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Why Ford Motor Company Thinks South America Will Improve in 2017

Good sales of the Ford Ka, the Blue Oval's smallest sedan, have helped Ford weather economic storms in South America. Image source: Ford Motor Company.

Ford Motor Company (NYSE: F) has had a tough time in South America, where deep recessions in key markets like Brazil and Argentina have led to steep losses. The Blue Oval lost $832 million in South America in 2015 and another $1.11 billion last year.

In the fourth quarter, Ford South America posted a $293 million loss, only slightly better than its year-ago result. But Ford CFO Bob Shanks thinks things might finally be looking up in the region.

Things are bad, but slightly less bad

"What we've been looking at for a whole cycle, which is pretty horrible external economic conditions, are starting to stabilize," Shanks said in an interview on Thursday. "They're still bad, so you can see that the result for the quarter was still pretty much in line with last year, just slightly up."

Image source: Ford Motor Company.

Shanks said that, even though all of Ford's key metrics were still not good, there was reason for optimism.

But the good news is that when you just look at the key metrics, even with just a $2 million improvement in pre-tax results, it's up. It's the first time since the third quarter of 2013 that we've seen improvement.We're also seeing economic factors that we track and look at suggest that, while the turnaround isn't necessarily here, it's probably not far away. Our expectation is that it starts next year, probably more in the second half than in the first half.

Shanks added some additional context during Ford's earnings call.

It is the first time since the third quarter of 2013 that we've seen metrics turning in a positive direction, which is reinforcing our view that the cyclical downturn that we've seen for the last several years is probably bottoming out, coming to an end. Our expectation for next year is that the losses will improve as we see the economic cycle start to turn.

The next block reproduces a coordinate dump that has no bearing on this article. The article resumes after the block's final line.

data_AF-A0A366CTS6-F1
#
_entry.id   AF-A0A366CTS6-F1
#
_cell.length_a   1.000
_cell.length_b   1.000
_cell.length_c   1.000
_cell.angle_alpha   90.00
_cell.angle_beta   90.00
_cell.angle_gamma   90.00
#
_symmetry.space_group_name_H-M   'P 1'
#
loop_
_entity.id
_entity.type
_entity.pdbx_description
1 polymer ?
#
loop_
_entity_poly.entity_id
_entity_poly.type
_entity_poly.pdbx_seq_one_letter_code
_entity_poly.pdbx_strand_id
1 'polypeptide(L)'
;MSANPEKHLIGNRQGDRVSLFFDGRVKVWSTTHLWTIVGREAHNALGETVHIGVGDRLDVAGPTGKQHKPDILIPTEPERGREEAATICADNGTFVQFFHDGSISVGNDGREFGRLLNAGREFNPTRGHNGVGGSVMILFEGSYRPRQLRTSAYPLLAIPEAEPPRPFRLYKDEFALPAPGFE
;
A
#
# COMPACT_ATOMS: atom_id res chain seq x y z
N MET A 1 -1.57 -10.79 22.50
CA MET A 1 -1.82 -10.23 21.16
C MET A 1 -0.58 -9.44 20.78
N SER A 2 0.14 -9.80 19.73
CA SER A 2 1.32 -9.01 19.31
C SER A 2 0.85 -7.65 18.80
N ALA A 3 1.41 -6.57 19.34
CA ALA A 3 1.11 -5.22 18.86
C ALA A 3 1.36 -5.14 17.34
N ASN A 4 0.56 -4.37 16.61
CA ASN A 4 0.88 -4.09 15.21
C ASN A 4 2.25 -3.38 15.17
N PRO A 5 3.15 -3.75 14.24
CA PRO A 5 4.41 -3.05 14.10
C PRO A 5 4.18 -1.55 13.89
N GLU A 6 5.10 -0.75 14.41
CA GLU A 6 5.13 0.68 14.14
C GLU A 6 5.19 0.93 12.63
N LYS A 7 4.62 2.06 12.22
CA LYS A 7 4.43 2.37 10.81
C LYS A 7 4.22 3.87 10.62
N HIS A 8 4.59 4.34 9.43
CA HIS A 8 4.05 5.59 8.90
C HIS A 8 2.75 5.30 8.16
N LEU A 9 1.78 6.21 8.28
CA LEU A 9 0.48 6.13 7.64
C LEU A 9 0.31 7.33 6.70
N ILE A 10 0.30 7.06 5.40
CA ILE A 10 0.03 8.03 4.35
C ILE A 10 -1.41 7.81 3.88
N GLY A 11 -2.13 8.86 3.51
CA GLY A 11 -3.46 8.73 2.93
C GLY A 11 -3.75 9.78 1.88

Shanks noted that the pace of auto sales in the region was down, once again, during the period across the entire region, and it was down even more in Brazil, the largest single market in South America.

"But it was the slowest decline, on a quarterly basis, that we've seen throughout the year," he said. "We've seen that [rate of] decline improve on a quarter-to-quarter basis as we've gone throughout the year. So again, another sign of things starting to turn."

Despite the still-tough environment, Ford was able to pick up four-tenths of a point of market share. That was due to strong sales of the tiny Ka sedan and Ranger pickup, both recently revamped models, Shanks said. "And that was in Brazil and all other markets, other than in Argentina."

Image source: Ford Motor Company.

This slide, what Ford calls a "walk," shows how different factors that influence Ford's profit (or loss) in South America varied from the fourth quarter of 2015 to the most recent quarter.

The key takeaway here, Shanks said, is that while Ford has been aggressive in increasing its prices, it hasn't been quite enough to offset the effects of the high local inflation and unfavorable changes in value of the Argentine and Brazilian currencies versus the U.S. dollar.

Ford expects things to improve in South America this year

"We do expect in 2017 the loss to improve for South America as the economic cycle begins to turn," Shanks said on Thursday.

Ford's official guidance isn't very specific. It says that the company expects a better full-year result in South America in 2017 than the $1.11 billion loss it posted in 2016, and that it expects higher sales volumes and better net pricing to help, while exchange rates and rising commodity prices could hurt.

That's not much. But after a couple of years of steep losses, an improvement will be welcomed by Ford shareholders.

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John Rosevear owns shares of Ford. The Motley Fool owns shares of and recommends Ford. The Motley Fool has a disclosure policy .

The views and opinions expressed herein are the views and opinions of the author and do not necessarily reflect those of Nasdaq, Inc.


The views and opinions expressed herein are the views and opinions of the author and do not necessarily reflect those of Nasdaq, Inc.

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